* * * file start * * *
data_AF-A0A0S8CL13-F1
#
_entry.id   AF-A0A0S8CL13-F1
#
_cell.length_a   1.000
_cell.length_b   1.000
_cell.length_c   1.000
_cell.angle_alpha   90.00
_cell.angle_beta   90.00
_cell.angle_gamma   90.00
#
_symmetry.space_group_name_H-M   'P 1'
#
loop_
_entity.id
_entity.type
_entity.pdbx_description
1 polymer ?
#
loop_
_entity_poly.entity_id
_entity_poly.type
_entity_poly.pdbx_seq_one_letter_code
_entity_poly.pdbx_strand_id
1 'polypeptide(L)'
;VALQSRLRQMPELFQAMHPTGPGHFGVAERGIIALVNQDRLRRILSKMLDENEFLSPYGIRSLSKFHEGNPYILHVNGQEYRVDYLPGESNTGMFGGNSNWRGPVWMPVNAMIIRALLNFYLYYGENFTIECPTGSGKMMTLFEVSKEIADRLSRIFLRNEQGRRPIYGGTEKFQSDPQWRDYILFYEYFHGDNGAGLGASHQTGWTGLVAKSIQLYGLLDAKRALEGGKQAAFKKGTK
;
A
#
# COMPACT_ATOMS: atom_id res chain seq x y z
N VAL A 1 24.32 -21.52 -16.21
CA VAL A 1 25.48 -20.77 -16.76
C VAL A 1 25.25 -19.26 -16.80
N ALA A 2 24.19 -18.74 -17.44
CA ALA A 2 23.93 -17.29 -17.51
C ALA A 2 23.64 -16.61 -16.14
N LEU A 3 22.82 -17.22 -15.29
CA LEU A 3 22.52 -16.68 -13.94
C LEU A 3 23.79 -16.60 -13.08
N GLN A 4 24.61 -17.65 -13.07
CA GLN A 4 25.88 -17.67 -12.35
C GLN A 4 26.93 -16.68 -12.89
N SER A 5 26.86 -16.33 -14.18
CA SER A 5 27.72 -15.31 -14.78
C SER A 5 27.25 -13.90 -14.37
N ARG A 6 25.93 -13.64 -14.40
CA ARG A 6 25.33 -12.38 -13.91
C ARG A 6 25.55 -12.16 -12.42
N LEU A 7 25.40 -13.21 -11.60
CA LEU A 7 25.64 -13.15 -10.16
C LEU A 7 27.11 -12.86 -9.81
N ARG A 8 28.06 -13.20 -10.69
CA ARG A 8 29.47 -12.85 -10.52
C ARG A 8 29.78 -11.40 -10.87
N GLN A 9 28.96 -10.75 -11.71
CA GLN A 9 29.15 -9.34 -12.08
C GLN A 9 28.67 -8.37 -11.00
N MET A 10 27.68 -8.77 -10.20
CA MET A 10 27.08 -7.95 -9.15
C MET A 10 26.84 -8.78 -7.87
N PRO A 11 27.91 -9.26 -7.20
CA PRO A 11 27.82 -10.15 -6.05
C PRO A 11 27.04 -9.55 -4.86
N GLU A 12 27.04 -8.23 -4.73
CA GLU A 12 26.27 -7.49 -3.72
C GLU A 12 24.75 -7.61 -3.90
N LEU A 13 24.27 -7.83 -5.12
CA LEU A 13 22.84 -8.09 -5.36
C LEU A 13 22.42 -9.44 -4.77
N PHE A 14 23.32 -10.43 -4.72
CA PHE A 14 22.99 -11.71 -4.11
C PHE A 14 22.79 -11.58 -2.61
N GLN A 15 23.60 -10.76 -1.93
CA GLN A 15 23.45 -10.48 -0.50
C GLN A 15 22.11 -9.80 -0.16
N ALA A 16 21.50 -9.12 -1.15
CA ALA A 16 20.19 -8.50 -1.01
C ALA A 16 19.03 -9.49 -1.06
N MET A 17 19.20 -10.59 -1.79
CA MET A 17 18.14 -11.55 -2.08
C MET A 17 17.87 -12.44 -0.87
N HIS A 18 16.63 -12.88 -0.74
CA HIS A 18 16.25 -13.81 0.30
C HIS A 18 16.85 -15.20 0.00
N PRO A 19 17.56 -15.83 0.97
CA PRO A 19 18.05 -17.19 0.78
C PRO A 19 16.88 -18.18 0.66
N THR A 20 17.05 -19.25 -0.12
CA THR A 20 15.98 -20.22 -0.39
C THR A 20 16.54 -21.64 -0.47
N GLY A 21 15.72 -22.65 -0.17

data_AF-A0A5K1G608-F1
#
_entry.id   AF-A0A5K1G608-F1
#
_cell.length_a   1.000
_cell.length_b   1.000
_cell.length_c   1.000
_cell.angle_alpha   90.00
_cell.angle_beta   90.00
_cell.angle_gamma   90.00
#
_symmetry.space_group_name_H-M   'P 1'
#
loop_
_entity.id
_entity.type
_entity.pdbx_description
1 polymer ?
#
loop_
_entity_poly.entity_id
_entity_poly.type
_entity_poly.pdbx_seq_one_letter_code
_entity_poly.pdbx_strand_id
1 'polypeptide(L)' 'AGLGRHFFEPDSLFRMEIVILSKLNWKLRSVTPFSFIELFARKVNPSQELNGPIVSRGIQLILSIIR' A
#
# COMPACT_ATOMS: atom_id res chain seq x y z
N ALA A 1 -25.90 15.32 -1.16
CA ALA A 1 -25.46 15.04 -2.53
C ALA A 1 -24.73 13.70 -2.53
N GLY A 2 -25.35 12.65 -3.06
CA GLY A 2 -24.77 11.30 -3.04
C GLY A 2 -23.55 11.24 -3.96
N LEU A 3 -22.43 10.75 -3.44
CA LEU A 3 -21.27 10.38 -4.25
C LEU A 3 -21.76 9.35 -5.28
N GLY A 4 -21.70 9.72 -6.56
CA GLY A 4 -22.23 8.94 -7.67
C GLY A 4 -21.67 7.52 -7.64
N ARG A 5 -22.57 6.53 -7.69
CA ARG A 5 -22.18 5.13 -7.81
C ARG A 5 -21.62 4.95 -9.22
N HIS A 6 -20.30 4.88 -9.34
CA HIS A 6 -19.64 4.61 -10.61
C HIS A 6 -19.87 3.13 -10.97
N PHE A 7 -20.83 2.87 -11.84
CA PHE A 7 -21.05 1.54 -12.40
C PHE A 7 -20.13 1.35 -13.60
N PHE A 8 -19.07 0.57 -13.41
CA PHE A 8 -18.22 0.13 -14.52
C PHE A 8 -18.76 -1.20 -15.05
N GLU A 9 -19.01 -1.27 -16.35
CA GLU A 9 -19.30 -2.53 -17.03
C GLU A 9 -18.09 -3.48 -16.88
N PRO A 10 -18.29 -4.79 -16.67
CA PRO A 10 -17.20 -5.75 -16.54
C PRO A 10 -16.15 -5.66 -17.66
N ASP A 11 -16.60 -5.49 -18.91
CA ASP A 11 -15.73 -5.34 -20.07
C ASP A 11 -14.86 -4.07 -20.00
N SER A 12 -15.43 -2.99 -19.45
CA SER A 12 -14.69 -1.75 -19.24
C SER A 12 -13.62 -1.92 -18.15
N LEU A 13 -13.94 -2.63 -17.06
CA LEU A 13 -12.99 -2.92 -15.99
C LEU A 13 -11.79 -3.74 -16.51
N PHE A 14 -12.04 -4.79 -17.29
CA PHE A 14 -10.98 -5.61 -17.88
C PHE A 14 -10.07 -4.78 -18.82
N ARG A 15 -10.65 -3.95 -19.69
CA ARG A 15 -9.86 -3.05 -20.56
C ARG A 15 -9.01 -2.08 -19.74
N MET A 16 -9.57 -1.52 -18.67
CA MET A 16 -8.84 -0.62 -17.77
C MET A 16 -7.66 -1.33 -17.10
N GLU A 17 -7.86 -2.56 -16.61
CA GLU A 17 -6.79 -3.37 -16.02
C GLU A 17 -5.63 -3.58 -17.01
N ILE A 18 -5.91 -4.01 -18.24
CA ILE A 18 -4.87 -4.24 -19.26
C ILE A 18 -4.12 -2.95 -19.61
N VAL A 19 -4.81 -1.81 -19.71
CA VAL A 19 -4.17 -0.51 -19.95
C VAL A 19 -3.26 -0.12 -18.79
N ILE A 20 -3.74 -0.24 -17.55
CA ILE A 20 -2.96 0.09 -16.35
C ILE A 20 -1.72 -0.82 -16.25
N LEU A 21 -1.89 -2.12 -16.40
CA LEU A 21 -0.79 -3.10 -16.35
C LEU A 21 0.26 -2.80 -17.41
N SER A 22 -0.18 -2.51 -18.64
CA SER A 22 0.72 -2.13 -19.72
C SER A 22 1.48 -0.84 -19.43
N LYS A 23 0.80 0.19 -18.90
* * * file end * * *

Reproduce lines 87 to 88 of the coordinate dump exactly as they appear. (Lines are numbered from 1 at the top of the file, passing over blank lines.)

C PRO A 19 16.88 -18.18 0.66
N THR A 20 17.05 -19.25 -0.12